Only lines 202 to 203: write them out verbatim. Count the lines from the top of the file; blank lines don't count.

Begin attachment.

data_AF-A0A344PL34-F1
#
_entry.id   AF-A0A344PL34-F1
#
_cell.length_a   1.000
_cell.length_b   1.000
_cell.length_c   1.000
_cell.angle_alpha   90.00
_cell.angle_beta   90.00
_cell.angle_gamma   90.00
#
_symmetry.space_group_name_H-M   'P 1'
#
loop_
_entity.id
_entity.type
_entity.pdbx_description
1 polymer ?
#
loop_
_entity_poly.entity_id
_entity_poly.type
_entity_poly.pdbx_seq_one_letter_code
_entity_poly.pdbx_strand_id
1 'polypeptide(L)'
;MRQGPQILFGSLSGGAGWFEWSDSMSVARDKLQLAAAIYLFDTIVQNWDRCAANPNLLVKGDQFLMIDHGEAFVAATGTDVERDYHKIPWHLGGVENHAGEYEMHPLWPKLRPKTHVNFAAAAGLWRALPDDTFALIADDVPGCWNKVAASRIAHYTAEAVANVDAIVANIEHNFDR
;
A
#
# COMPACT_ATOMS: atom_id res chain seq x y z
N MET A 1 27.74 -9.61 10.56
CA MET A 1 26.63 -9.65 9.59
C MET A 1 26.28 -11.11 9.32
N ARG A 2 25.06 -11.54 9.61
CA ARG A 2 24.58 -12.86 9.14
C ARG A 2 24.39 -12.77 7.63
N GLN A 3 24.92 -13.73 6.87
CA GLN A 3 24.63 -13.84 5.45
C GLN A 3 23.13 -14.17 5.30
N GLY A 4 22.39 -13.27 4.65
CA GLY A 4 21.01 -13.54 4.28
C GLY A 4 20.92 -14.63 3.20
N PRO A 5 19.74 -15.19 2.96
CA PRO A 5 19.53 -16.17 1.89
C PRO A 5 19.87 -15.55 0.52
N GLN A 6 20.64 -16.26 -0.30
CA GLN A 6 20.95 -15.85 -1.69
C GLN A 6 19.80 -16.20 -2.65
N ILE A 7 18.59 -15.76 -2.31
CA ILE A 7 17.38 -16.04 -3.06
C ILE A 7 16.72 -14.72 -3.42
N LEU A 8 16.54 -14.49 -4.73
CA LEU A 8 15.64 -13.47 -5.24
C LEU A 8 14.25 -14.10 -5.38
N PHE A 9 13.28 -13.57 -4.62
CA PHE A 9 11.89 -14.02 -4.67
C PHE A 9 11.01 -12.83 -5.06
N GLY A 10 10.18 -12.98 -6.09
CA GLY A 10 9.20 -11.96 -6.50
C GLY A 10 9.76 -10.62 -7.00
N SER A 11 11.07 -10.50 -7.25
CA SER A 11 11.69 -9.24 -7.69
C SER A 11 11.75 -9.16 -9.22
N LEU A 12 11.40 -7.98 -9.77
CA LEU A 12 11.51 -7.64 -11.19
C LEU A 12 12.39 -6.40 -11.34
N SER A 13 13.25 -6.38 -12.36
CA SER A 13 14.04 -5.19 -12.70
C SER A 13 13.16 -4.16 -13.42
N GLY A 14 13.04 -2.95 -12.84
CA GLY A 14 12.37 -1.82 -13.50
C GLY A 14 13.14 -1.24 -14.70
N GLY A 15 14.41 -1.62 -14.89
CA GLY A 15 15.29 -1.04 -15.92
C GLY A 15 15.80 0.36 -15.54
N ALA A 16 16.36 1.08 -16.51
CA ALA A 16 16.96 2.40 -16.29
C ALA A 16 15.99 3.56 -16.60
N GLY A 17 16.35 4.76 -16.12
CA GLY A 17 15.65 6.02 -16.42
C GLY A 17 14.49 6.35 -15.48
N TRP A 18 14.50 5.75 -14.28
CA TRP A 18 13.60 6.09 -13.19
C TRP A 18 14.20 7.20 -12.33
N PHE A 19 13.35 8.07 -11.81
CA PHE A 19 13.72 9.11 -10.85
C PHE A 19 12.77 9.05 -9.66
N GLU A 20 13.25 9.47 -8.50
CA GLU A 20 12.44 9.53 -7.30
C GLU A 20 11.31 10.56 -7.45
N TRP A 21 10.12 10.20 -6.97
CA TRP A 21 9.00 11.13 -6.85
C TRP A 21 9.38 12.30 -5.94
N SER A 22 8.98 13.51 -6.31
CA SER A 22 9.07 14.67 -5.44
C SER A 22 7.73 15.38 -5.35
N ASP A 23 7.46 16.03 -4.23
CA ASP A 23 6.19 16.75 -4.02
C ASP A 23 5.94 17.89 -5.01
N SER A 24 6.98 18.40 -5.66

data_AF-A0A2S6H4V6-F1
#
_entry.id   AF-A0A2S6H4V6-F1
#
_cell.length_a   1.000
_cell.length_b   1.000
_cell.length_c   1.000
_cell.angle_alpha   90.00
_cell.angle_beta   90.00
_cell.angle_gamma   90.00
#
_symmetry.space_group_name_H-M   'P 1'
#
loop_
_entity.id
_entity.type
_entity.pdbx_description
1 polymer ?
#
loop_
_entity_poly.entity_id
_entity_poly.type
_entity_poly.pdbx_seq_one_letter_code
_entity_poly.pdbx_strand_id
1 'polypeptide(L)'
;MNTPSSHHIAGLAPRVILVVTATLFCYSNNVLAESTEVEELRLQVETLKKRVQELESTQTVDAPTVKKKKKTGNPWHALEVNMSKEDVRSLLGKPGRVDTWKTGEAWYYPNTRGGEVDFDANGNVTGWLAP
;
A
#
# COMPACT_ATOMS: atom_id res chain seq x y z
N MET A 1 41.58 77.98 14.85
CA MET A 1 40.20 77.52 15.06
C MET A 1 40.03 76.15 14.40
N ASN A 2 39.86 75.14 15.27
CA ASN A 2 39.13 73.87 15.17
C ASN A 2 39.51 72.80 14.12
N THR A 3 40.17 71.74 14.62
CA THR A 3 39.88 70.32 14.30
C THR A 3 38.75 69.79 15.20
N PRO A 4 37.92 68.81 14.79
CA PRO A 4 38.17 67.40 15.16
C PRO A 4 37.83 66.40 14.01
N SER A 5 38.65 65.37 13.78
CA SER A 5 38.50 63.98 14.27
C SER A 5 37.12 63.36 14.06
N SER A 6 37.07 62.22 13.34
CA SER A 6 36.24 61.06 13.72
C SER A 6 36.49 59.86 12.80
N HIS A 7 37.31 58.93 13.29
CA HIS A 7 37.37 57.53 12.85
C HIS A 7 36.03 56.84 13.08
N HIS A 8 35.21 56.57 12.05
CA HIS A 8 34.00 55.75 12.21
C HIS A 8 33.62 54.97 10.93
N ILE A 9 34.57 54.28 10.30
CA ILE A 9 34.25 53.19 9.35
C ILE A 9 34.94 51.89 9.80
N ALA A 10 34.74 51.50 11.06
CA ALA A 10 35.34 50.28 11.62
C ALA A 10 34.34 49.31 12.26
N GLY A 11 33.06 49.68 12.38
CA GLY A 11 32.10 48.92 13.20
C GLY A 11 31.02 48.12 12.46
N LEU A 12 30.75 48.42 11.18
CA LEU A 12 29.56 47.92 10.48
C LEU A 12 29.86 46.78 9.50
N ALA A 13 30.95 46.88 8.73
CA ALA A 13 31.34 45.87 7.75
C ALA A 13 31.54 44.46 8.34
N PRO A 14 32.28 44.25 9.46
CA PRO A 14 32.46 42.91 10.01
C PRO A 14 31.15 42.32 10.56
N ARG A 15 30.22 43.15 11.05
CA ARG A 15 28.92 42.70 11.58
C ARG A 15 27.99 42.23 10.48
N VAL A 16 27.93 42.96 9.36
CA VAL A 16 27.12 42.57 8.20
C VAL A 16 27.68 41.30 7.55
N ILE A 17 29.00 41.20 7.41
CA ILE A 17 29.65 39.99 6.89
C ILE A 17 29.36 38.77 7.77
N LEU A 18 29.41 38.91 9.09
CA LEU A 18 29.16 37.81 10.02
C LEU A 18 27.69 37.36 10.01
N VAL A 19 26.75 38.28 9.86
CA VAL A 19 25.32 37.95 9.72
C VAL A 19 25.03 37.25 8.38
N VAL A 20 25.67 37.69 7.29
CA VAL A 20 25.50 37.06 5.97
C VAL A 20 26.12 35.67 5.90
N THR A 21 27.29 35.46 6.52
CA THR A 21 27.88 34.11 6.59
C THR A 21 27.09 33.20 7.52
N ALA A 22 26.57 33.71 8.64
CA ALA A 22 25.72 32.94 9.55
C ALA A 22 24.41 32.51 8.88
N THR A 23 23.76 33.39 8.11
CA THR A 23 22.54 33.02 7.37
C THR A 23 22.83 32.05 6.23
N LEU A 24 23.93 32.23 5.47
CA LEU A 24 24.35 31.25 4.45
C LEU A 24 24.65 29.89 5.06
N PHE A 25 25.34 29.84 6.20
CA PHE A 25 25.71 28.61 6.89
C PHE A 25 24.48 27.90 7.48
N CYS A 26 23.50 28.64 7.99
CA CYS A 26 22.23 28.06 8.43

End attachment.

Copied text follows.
C LEU A 24 24.65 29.89 5.06
N PHE A 25 25.34 29.84 6.20